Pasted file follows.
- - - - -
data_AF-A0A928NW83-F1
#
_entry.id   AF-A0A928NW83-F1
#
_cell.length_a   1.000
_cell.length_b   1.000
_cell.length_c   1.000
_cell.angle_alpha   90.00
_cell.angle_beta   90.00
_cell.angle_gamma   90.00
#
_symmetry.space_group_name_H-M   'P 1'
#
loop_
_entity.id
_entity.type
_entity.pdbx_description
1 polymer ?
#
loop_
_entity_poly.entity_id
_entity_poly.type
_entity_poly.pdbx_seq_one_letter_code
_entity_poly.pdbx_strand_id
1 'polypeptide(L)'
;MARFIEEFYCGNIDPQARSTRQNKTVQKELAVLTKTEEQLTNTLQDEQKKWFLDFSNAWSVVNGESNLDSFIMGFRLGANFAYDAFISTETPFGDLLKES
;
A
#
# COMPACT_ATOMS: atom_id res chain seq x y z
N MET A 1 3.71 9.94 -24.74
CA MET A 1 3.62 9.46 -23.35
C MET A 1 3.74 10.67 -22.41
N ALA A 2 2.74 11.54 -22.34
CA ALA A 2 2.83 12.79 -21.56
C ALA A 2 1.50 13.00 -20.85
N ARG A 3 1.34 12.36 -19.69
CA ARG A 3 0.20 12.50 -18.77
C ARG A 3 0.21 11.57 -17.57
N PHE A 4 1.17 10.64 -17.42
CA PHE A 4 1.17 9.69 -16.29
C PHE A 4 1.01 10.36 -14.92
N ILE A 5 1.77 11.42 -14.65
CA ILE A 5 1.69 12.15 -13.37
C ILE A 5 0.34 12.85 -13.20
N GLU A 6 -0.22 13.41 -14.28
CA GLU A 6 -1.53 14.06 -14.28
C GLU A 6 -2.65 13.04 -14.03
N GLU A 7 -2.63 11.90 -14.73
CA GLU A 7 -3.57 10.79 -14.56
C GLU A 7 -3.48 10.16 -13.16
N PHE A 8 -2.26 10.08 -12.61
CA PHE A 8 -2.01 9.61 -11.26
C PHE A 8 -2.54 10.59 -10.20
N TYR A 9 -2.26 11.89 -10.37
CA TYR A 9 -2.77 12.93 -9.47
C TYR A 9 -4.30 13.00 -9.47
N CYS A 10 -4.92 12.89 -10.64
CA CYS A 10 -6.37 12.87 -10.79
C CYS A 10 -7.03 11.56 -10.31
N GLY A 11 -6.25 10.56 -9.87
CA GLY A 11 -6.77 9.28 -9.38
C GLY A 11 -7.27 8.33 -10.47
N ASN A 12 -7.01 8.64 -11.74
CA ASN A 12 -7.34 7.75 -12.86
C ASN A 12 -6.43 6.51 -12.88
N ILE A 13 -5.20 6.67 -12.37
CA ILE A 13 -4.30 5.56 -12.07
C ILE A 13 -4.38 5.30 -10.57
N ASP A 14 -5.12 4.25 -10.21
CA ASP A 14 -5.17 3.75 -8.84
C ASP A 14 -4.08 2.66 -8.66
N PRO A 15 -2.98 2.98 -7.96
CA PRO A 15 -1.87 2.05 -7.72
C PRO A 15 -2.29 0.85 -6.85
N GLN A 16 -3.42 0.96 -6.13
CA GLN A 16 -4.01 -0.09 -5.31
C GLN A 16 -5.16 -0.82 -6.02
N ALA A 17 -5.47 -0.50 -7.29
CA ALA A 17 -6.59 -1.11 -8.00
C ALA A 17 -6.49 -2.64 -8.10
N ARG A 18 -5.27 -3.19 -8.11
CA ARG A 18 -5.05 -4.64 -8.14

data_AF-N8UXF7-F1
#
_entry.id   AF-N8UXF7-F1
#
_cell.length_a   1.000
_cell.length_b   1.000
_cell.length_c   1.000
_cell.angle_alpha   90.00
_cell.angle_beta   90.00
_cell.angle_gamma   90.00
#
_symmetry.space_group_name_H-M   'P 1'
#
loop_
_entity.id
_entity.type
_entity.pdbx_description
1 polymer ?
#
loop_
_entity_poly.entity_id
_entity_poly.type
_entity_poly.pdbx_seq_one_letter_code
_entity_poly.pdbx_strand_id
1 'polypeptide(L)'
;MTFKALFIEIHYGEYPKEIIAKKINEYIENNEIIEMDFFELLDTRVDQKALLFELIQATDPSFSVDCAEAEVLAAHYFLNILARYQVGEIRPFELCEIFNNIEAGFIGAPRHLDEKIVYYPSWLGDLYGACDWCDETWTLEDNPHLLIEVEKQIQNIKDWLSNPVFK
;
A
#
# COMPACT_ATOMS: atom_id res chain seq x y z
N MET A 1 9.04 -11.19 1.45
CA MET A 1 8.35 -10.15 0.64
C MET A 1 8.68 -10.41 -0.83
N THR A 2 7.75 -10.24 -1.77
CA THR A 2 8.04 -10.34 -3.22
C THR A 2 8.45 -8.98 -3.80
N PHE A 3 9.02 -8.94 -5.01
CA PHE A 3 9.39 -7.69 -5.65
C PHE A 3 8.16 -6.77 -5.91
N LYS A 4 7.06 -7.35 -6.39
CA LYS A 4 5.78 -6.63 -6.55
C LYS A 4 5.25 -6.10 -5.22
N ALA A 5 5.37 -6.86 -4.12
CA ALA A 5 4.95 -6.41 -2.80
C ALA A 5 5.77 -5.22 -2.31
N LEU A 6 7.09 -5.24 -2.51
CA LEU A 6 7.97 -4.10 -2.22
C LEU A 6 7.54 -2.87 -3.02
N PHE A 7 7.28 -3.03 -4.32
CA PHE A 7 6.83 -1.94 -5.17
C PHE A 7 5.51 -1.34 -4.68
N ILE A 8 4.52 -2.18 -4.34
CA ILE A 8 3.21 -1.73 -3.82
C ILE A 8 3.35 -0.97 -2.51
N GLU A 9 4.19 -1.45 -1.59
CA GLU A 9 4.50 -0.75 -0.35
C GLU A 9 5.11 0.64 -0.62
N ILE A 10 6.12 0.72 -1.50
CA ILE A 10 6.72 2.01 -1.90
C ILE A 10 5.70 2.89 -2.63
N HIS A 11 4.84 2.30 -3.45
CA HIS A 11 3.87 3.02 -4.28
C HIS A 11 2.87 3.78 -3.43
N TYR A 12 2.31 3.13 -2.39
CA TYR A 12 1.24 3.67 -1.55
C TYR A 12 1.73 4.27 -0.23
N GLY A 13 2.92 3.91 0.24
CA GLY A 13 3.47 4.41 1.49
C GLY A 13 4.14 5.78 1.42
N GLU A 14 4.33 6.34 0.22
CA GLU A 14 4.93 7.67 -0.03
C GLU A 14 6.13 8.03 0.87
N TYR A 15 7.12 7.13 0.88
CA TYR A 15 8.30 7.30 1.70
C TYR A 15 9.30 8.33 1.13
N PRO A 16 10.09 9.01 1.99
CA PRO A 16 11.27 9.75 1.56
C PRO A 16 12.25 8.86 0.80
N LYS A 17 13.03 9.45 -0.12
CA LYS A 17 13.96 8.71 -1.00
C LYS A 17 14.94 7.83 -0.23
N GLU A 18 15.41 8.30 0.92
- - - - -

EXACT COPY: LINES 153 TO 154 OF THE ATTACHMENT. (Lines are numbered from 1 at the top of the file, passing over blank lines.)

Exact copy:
N GLU A 14 4.33 6.34 0.22
CA GLU A 14 4.93 7.67 -0.03